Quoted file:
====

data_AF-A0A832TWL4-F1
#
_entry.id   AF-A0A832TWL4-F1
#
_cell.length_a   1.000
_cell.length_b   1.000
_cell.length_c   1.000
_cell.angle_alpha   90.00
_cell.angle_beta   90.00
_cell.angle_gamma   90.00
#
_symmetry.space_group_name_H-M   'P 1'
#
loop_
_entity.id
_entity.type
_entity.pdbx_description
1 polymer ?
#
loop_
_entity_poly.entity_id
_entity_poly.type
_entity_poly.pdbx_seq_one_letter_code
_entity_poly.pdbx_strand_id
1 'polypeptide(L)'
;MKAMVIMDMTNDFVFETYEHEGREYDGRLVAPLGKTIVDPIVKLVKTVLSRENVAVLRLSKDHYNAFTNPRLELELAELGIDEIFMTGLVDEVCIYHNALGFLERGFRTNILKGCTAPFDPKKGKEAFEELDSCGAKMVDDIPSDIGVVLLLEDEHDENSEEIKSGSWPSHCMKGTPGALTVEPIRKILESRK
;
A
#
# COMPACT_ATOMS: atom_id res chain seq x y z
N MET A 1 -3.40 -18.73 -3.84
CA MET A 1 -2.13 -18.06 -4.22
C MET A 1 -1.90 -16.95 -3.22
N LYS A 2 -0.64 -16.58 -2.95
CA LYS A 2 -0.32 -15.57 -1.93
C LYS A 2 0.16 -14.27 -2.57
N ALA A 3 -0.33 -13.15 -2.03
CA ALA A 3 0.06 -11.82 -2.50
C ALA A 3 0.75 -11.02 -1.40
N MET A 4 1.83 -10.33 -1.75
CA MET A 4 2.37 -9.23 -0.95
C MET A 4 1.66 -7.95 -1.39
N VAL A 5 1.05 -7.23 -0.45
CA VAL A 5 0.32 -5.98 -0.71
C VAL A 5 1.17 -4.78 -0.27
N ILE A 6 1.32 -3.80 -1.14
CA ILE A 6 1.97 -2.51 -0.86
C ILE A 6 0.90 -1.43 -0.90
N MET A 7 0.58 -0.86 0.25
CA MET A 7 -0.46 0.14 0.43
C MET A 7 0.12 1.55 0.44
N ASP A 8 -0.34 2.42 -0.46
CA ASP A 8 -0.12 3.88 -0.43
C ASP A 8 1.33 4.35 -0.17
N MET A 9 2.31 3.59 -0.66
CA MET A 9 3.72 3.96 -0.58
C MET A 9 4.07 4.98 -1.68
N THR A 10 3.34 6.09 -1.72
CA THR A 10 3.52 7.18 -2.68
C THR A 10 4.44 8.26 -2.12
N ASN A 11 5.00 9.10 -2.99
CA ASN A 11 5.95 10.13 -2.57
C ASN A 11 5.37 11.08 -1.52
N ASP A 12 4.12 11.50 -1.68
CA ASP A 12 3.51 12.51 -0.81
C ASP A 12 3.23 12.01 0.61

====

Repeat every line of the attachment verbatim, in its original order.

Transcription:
data_AF-A0A832TWL4-F1
#
_entry.id   AF-A0A832TWL4-F1
#
_cell.length_a   1.000
_cell.length_b   1.000
_cell.length_c   1.000
_cell.angle_alpha   90.00
_cell.angle_beta   90.00
_cell.angle_gamma   90.00
#
_symmetry.space_group_name_H-M   'P 1'
#
loop_
_entity.id
_entity.type
_entity.pdbx_description
1 polymer ?
#
loop_
_entity_poly.entity_id
_entity_poly.type
_entity_poly.pdbx_seq_one_letter_code
_entity_poly.pdbx_strand_id
1 'polypeptide(L)'
;MKAMVIMDMTNDFVFETYEHEGREYDGRLVAPLGKTIVDPIVKLVKTVLSRENVAVLRLSKDHYNAFTNPRLELELAELGIDEIFMTGLVDEVCIYHNALGFLERGFRTNILKGCTAPFDPKKGKEAFEELDSCGAKMVDDIPSDIGVVLLLEDEHDENSEEIKSGSWPSHCMKGTPGALTVEPIRKILESRK
;
A
#
# COMPACT_ATOMS: atom_id res chain seq x y z
N MET A 1 -3.40 -18.73 -3.84
CA MET A 1 -2.13 -18.06 -4.22
C MET A 1 -1.90 -16.95 -3.22
N LYS A 2 -0.64 -16.58 -2.95
CA LYS A 2 -0.32 -15.57 -1.93
C LYS A 2 0.16 -14.27 -2.57
N ALA A 3 -0.33 -13.15 -2.03
CA ALA A 3 0.06 -11.82 -2.50
C ALA A 3 0.75 -11.02 -1.40
N MET A 4 1.83 -10.33 -1.75
CA MET A 4 2.37 -9.23 -0.95
C MET A 4 1.66 -7.95 -1.39
N VAL A 5 1.05 -7.23 -0.45
CA VAL A 5 0.32 -5.98 -0.71
C VAL A 5 1.17 -4.78 -0.27
N ILE A 6 1.32 -3.80 -1.14
CA ILE A 6 1.97 -2.51 -0.86
C ILE A 6 0.90 -1.43 -0.90
N MET A 7 0.58 -0.86 0.25
CA MET A 7 -0.46 0.14 0.43
C MET A 7 0.12 1.55 0.44
N ASP A 8 -0.34 2.42 -0.46
CA ASP A 8 -0.12 3.88 -0.43
C ASP A 8 1.33 4.35 -0.17
N MET A 9 2.31 3.59 -0.66
CA MET A 9 3.72 3.96 -0.58
C MET A 9 4.07 4.98 -1.68
N THR A 10 3.34 6.09 -1.72
CA THR A 10 3.52 7.18 -2.68
C THR A 10 4.44 8.26 -2.12
N ASN A 11 5.00 9.10 -2.99
CA ASN A 11 5.95 10.13 -2.57
C ASN A 11 5.37 11.08 -1.52
N ASP A 12 4.12 11.50 -1.68
CA ASP A 12 3.51 12.51 -0.81
C ASP A 12 3.23 12.01 0.61